1.1 Background to the Study
Many countries have limited access to primary healthcare for residents (Rutherford et al., 2009; World Health Organization [WHO], 2008b). A combination of factors contributes to this condition, including sociodemographic characteristics of the population, lack of resources, challenges posed by the primary-care model, and government healthcare administrators’ failure to incorporate input from the community regarding healthcare needs (Higgs, Bayne, & Murphy, 2001; Uneke et al., 2009). As a result, many people suffer illnesses unnecessarily, and communities experience high mortality and morbidity rates from preventable causes (Irwin et al., 2006). This unfortunate situation is the case among many African countries (World Bank, 2011).
Compared to other countries, African countries bear a greater burden of disease and death from preventable and terminal causes. In fact, 72% of all deaths in Africa are the result of communicable diseases such as HIV/AIDS, tuberculosis, and malaria; respiratory infections; and complications of pregnancy and childbirth. Deaths due to these conditions total 27% for all other WHO regions combined (WHO, 2006). In addition, the WHO reported that 19 of the 20 countries with highest maternal mortality ratios worldwide are in Africa. Data from a 2009 report from the World Bank (2011) indicated that the prevalence of HIV among people ages 15–49 in sub-Saharan Africa is nearly seven times of that in other areas of the world (5.4% compared to 0.8%, respectively).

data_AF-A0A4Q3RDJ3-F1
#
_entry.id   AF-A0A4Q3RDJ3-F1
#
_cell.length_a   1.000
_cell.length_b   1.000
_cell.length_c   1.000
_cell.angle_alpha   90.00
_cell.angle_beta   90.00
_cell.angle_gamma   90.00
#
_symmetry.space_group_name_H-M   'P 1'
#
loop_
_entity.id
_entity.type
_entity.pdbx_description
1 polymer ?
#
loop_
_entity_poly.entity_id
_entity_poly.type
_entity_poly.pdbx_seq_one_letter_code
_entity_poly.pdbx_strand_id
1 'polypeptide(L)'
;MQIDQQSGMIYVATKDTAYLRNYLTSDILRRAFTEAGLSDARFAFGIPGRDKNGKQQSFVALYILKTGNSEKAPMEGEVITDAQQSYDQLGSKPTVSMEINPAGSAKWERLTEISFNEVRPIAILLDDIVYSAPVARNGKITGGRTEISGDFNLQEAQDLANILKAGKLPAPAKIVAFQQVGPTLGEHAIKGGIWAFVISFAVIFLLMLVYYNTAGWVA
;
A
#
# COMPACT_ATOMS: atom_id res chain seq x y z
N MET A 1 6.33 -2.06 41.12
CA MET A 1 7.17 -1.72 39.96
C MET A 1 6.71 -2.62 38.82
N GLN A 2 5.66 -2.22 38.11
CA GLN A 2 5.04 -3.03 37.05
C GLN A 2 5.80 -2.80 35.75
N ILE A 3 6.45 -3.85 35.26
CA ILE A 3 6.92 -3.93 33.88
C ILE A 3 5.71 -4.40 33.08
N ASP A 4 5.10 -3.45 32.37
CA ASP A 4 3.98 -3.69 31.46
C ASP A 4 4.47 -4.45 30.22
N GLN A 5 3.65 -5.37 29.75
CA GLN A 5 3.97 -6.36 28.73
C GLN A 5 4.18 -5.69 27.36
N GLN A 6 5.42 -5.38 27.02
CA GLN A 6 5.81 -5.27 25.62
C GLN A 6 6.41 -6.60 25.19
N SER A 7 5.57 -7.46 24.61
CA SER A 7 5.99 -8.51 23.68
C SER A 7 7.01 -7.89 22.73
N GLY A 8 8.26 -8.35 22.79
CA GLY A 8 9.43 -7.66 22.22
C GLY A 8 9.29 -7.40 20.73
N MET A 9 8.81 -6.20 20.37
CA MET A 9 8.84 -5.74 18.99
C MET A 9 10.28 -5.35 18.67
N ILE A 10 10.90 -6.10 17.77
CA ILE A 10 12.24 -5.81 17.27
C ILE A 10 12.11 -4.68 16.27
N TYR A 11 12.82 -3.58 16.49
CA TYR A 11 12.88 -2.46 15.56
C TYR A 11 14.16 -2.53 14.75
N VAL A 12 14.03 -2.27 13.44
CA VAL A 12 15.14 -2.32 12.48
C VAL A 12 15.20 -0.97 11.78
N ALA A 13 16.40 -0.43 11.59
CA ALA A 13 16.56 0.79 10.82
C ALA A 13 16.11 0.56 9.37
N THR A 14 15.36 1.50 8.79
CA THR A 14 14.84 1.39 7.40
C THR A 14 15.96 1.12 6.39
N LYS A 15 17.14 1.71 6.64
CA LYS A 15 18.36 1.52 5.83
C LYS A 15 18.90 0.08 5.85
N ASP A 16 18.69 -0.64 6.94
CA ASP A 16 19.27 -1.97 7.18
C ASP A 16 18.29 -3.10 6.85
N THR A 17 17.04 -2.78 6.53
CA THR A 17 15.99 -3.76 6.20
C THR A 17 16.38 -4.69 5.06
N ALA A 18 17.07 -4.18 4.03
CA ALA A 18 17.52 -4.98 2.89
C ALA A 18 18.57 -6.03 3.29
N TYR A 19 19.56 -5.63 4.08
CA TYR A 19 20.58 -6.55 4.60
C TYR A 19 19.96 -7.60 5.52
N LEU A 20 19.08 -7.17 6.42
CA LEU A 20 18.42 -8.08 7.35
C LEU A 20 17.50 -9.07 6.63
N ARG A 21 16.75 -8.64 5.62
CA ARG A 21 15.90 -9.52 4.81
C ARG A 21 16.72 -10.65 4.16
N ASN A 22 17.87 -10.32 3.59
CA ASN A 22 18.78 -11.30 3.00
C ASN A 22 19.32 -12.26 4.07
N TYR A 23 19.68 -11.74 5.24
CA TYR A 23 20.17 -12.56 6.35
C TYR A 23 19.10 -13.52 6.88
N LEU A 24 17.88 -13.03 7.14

Similarly, WHO (2006) reported that Africans account for 60% of global HIV/AIDS cases, 90% of the 300–500 million clinical cases of malaria that occur each year, and 2.4 million new cases of tuberculosis each year. As of 2003, infant mortality rates were reported to be 29% higher than in the 1960s (43% up from 14%; WHO, 2006). Lack of safe drinking water (58% of the population) and access to sanitation systems (36% of the population) contribute to these poor health outcomes (WHO, 2006). However, these poor health conditions also are due in part to the historical and current states of primary healthcare in Africa, and particularly in Nigeria (Asuzu, 2004; National Primary Health Care Development Agency, 2007; TulsiChanrai Foundation, 2007; WHO, 2008b).